Wrongful Termination

Wrongful termination refers to termination of an employee for an illegal reason or in violation of the employee’s rights. Although most employment in California is “at-will,” that is, an employer can demote or terminate an employee at any time and for any reason or no reason at all, it is illegal for an employer to terminate a person’s employment because of the employee’s legally protected actions or characteristics. For example, an employee who is terminated because of unlawful discrimination or because the employee uncovered and reported illegal or unsafe activities by the employer, may have a claim for wrongful termination.

Los Angeles wrongful termination attorney Afshin Mozaffari is skilled in this area of the law and can help you navigate the legal system. The most common bases for wrongful termination lawsuits in California are:

1. Wrongful discharge under the California Fair Employment and Housing Act

The California Fair Employment and Housing Act (FEHA) is the primary law the provides employees with protection from discrimination, retaliation, and harassment in employment. The FEHA makes it illegal for employers to retaliate against employees who oppose discrimination or harassment, file a complaint about discrimination or harassment, or testify or assist in any investigation or lawsuit concerning discrimination or harassment.

2. Whistleblower protection

In addition to FEHA, which prohibits retaliation against employees who protest discrimination, California has many other whistleblower laws such as:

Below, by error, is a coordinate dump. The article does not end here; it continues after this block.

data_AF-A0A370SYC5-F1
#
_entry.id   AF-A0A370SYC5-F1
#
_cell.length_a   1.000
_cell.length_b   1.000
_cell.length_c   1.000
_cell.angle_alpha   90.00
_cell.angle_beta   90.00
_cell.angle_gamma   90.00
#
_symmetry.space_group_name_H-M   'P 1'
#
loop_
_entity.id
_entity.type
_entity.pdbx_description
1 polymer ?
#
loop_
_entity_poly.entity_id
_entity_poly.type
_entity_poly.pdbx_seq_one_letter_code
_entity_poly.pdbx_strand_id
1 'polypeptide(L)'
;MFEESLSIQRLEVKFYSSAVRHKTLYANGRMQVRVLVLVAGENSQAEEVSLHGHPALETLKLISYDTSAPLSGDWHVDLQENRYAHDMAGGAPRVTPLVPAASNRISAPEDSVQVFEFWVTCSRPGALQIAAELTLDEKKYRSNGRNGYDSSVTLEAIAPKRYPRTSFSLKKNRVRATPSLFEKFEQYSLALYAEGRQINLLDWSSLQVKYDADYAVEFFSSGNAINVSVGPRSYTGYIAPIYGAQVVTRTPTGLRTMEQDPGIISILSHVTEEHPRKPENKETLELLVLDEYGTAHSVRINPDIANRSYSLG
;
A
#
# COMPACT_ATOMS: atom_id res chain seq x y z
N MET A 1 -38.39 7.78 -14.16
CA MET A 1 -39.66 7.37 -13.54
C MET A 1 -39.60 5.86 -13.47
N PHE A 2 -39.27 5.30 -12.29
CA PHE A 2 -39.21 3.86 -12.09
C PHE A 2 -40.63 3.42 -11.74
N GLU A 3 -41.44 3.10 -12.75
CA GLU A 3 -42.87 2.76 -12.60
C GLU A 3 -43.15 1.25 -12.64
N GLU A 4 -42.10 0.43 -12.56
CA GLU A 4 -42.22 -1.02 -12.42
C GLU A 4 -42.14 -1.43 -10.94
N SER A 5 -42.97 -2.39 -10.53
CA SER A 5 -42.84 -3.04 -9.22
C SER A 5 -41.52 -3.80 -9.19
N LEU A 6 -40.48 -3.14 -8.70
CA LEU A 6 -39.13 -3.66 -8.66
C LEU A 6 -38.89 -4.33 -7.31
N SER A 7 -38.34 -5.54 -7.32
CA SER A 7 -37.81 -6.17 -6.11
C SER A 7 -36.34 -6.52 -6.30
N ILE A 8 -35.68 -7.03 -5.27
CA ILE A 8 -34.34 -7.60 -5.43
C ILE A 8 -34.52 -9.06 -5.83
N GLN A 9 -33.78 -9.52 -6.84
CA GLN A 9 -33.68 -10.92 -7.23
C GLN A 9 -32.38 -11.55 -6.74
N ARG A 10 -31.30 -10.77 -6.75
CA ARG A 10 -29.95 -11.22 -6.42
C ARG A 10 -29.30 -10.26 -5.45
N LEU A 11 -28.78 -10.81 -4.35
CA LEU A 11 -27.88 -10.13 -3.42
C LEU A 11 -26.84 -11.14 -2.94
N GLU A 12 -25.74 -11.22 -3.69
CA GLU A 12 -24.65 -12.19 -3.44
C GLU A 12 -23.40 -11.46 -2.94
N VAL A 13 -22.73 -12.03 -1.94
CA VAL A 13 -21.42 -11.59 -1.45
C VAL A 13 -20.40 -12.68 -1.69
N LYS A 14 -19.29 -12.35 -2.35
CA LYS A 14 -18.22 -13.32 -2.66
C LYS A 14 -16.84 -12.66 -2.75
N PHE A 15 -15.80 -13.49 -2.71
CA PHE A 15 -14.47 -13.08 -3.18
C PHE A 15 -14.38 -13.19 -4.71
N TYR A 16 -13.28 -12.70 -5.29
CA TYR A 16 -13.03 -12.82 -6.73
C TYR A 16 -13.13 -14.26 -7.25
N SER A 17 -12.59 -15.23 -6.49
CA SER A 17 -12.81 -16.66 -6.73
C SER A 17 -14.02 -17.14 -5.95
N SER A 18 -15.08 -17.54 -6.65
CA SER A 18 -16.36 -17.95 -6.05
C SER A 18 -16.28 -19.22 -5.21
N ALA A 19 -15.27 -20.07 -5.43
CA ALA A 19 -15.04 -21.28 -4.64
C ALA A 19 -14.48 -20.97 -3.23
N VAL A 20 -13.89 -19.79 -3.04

• Labor Code section 1102.5 – this is California’s most general whistleblower protection law which prohibits employers from retaliating against an employee who calls attention to unlawful behavior or activities in the workplace or refuses to engage in illegal activity
  • Labor Code section 98.6 – this law makes it illegal for an employer to retaliate against an employee who complains about unpaid wages, or files or threatens to file Labor Code violations (e.g., wage and hour violations) to the California Labor Commissioner
  • Labor Code section 6310 – this law prohibits whistleblower retaliation against employees who report violations of occupational health and safety rules
  • Government Code section 8547 – this is California’s public employee whistleblower law which protects public employees who reports suspected violations of law

3. Wrongful termination in violation of public policy

This typically happens when an employee is fired for refusing to break the law, performing a legal obligation, exercising a legal right or privilege, or reporting a potential violation of an important law.

4. Wrongful constructive termination

Wrongful constructive termination is termination under circumstances that would give rise to a wrongful termination claim as if the employee actually had been fired. California law recognizes constructive termination as occurring when an employer intentionally creates or knowingly permits such intolerable working conditions for an employee, that the worker reasonably feels no choice but to resign.

Los Angeles wrongful termination lawyer Afshin Mozaffari has assisted many employees in wrongful termination cases and has been successful in representing employees who have been treated unfairly and wrongfully terminated as a result of engaging in protected conduct. Mozaffari Law is here to advise you regarding whether your termination was unlawful and what your next steps should be. If you feel you may have been wrongfully terminated, contact Mozaffari Law at 323.696.0702 or Info@mozaffarilaw.com for a confidential consultation.